Thursday, January 14, 2010

Booked Up

One of my friends has a teen daughter with too many talents to enumerate. The daughter wanted to earn some money now that she's in high school, but she didn't yet have a driver's license. I wanted to help and had an idea: some day, it's possible I will want my Rooster to have a copy of my blog. I said to my friend, "Tell her to find a way to copy the first year of my posts into something tangible I can give Roo or Peaches one day, if I decide to, and I'll pay her."

Now, talented girls who act, write, dance, swim, excel in visual arts and earn top grades at competitive schools, while having lots of friends, don't have tons of free time. You might have noticed that I can go on and on in my blog. And as good as things like Blurb and Lulu have gotten, they haven't evolved yet as far as they probably will. So it takes a while; I practically forgot about the project.

But this week, my friend brought me... (drum roll please...) Rooster Calls, year one, the book.


On my bedside table, I have a HEFTY paperback. My young editor informs me it taxes and maxes Blurb's size limit, which I'm going to guess (since the pages aren't numbered) is in the neighborhood of 300 pages. That's weird. I don't know what it is I expected, or why I found this so shocking, but the weirdest thing is that it looks just like a book. It looks just like I wrote a book, and it's got my name on it and a photo of my boy on the front, and it's sitting on my bedside table right next to stuff by Anne Lamott and Terry McMillan, and that strikes me and exceedingly weird when I think about it.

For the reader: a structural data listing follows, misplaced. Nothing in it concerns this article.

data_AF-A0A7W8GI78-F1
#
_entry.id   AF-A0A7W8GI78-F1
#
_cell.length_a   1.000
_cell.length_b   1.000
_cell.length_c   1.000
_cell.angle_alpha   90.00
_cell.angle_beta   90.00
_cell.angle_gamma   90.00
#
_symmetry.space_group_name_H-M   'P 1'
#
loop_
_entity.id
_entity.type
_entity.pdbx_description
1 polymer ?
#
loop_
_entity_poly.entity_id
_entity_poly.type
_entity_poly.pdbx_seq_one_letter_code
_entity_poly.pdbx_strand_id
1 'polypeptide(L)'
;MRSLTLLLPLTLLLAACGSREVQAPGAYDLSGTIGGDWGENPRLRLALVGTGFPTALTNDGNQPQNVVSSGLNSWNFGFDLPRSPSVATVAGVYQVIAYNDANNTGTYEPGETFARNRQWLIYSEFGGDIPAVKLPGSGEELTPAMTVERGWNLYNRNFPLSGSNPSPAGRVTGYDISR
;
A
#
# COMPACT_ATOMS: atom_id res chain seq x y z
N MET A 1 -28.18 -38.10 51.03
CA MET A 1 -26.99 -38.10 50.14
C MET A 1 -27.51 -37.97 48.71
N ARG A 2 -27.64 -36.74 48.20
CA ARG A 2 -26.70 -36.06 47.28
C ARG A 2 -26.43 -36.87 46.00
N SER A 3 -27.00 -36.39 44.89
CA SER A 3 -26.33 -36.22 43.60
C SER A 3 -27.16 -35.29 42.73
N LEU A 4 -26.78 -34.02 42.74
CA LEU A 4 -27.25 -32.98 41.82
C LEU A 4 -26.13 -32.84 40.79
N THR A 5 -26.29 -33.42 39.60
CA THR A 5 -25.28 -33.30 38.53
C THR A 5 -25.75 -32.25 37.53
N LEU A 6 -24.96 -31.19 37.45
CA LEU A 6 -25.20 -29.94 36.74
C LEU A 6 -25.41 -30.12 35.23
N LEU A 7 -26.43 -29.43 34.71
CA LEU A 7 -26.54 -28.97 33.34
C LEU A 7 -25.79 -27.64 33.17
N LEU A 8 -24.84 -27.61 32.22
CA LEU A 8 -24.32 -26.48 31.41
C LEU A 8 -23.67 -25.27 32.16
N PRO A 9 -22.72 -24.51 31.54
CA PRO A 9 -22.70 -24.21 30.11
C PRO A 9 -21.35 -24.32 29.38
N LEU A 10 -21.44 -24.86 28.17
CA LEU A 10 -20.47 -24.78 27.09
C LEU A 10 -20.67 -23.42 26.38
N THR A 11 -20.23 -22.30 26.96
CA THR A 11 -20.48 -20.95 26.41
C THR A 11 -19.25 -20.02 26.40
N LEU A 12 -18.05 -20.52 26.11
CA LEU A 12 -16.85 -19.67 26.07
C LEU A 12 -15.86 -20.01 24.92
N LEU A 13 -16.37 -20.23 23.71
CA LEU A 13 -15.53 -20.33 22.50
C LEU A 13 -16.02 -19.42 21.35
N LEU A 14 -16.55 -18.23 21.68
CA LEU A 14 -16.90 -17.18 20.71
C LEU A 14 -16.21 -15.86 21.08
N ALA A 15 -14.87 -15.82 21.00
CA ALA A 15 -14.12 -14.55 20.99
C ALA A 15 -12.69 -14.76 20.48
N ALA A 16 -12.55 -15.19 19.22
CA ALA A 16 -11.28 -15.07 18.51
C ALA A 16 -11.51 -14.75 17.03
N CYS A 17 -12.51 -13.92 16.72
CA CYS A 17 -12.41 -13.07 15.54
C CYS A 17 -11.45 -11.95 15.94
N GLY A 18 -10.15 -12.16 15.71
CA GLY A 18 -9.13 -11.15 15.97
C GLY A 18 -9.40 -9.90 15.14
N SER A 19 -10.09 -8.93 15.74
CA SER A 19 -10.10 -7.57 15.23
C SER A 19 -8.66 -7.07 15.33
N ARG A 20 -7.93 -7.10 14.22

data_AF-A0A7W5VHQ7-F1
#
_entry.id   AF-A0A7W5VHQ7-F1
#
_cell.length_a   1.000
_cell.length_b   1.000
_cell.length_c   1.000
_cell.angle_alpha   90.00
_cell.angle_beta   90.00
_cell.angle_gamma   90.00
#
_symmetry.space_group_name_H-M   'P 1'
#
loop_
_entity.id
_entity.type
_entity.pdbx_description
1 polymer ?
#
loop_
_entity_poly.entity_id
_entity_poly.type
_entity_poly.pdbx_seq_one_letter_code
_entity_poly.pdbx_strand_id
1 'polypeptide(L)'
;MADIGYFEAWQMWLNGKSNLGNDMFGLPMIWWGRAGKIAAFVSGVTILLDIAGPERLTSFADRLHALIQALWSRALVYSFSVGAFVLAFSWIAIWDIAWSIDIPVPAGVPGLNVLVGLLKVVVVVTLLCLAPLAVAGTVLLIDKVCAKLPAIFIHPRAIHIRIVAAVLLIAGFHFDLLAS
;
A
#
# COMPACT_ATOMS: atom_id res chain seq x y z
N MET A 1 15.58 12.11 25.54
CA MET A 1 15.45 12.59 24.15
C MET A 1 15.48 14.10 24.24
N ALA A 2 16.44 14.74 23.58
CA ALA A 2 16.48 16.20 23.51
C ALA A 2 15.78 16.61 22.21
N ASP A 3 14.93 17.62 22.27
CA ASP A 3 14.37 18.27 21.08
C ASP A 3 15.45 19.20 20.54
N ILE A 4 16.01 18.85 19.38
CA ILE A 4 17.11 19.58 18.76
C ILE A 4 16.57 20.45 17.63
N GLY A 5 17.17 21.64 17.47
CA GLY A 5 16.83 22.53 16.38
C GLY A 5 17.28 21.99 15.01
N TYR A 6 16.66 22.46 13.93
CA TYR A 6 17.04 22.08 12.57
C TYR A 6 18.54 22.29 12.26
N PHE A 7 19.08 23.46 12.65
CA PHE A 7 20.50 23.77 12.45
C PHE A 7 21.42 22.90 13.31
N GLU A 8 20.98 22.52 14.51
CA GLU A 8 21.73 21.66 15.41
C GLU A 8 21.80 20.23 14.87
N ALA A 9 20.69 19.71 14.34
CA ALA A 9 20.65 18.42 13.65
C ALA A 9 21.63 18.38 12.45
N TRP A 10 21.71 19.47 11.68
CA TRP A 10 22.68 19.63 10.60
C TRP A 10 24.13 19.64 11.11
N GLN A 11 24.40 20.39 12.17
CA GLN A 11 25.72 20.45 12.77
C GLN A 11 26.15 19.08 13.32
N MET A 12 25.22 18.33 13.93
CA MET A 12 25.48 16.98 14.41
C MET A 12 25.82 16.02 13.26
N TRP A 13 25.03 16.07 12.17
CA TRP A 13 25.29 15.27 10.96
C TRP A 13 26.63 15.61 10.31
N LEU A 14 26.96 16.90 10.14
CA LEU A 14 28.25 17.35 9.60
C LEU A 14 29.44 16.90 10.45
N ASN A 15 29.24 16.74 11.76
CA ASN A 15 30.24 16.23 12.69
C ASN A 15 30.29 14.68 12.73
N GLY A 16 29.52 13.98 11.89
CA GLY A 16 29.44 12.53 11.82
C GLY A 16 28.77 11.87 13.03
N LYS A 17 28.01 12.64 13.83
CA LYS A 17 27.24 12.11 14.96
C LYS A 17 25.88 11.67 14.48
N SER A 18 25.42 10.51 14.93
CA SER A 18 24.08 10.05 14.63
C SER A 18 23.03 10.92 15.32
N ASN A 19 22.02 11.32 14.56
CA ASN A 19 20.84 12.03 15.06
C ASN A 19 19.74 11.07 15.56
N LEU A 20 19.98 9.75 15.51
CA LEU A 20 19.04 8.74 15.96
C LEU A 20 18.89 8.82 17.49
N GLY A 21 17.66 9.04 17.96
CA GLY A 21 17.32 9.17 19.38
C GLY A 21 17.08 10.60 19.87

Here is the weirdest part: I read it, and I liked it. I enjoyed reading it. Why?! I can't say I enjoyed writing it! Or living it! You know? It's my angsty wallowing. I can never really believe it that you all are reading as I write it, because I feel so annoying while I'm bleeding loudly into my laptop. Yet, when I read the book, I saw the arc of the story as one that showed a family developing, a woman growing, a community building. (You, by the way, are one of my favorite characters.)

I don't know that I will want my kids to read this book ever. (I worry more, I think, about my mom reading it.) But, it turns out, my hesitation doesn't come from worrying I'm too negative (which, of course, I am), as I expected, but because I realize once again that I didn't write it for them, or for anyone else. I wrote it for me. My blog is my sanity, my outlet, my self-medication, my community, my drug. I DO want to write a book for others, and I fantasize all the time about how, in particular, to write one for families just facing a diagnosis who are freaking out the way that I was when started reading blogs because the books I found just kept failing me. I hope I write that book. I feel like seeing Rooster Calls as a book empowers me to believe I can do that. But Rooster Calls is how I give myself an act of kindness, and because it turns out I like reading it, I don't really want to worry about if anyone else does, especially my kids.

Hey, I gotta go now. I am reading this really great book, and even though I've already read it once, I can't seem to put it down.


Niksmom said...

OMG! How totally freaking awesome is that! How did she do it? What did she use?? I want to do that with my blog. More, I want to know more!!! (Erm, please?)

pixiemama said...

OMG! I knew she was working on it, but WOW. Wow to how it looks (amazing) and to your reaction.


jess said...

Fabulous! Matt did the same for me last birthday. But I write so dang much that it had to be in four volumes - lol!

But writing for YOU - that's what it's all about. I'm convinced that the best writers write for no one but themselves.

redheadmomma said...

You should be a writer, lady.

Oh, are.


Unknown said...

Had a chance to come "catch up" on your last couple months of posts. This post brought tears to my happy that you're so happy! Perspective is time's gift. Your reaction, priceless.